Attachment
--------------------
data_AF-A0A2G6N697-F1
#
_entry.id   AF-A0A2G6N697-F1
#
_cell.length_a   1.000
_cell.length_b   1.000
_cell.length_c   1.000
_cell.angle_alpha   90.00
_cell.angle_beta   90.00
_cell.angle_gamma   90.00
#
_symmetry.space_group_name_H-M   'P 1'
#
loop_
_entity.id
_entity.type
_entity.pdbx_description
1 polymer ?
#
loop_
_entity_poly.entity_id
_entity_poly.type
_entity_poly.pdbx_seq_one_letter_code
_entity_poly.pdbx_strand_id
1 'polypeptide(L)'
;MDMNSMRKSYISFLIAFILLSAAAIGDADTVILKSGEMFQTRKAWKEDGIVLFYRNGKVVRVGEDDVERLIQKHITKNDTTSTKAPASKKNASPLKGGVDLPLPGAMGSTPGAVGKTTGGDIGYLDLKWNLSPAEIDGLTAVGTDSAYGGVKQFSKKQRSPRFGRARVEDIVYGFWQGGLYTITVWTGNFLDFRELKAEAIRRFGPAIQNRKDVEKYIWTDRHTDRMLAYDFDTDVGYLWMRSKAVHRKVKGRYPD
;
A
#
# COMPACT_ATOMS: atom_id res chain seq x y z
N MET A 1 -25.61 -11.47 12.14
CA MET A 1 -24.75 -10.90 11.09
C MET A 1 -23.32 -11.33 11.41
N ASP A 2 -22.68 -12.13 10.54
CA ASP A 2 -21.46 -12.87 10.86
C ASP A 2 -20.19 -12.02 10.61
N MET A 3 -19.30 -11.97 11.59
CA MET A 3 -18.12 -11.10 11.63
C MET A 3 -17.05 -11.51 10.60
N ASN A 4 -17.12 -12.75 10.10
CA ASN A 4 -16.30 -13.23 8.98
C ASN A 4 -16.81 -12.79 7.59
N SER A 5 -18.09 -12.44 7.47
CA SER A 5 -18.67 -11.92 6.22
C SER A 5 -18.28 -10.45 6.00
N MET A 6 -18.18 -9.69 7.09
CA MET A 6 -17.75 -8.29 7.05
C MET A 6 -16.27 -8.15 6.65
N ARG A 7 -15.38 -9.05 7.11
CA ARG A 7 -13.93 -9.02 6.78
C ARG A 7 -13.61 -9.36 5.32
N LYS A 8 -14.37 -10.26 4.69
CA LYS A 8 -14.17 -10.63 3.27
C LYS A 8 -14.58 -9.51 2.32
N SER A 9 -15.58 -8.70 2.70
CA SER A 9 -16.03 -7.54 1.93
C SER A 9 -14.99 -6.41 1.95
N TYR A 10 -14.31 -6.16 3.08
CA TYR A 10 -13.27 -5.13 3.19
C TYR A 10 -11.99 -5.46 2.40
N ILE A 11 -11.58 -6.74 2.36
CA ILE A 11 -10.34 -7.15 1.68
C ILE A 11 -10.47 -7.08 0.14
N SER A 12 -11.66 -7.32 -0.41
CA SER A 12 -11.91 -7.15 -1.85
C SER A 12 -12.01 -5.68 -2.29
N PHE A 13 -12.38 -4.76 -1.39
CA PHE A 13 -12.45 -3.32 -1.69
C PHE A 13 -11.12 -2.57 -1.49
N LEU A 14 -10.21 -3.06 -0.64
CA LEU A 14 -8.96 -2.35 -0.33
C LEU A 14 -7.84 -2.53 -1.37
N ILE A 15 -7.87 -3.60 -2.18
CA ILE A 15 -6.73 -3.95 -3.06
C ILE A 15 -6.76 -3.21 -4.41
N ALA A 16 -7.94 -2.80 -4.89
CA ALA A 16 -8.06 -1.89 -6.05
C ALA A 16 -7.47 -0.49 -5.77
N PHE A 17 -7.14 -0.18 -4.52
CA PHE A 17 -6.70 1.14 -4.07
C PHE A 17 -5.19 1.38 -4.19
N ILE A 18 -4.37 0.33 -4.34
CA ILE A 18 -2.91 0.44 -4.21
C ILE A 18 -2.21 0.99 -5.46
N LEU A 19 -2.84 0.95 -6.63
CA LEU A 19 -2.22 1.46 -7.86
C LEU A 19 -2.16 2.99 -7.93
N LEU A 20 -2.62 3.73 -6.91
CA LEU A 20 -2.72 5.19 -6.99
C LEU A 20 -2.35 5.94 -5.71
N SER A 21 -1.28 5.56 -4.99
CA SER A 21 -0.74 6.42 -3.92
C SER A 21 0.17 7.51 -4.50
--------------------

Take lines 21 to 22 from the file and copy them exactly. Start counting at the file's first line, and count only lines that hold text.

_entity_poly.entity_id
_entity_poly.type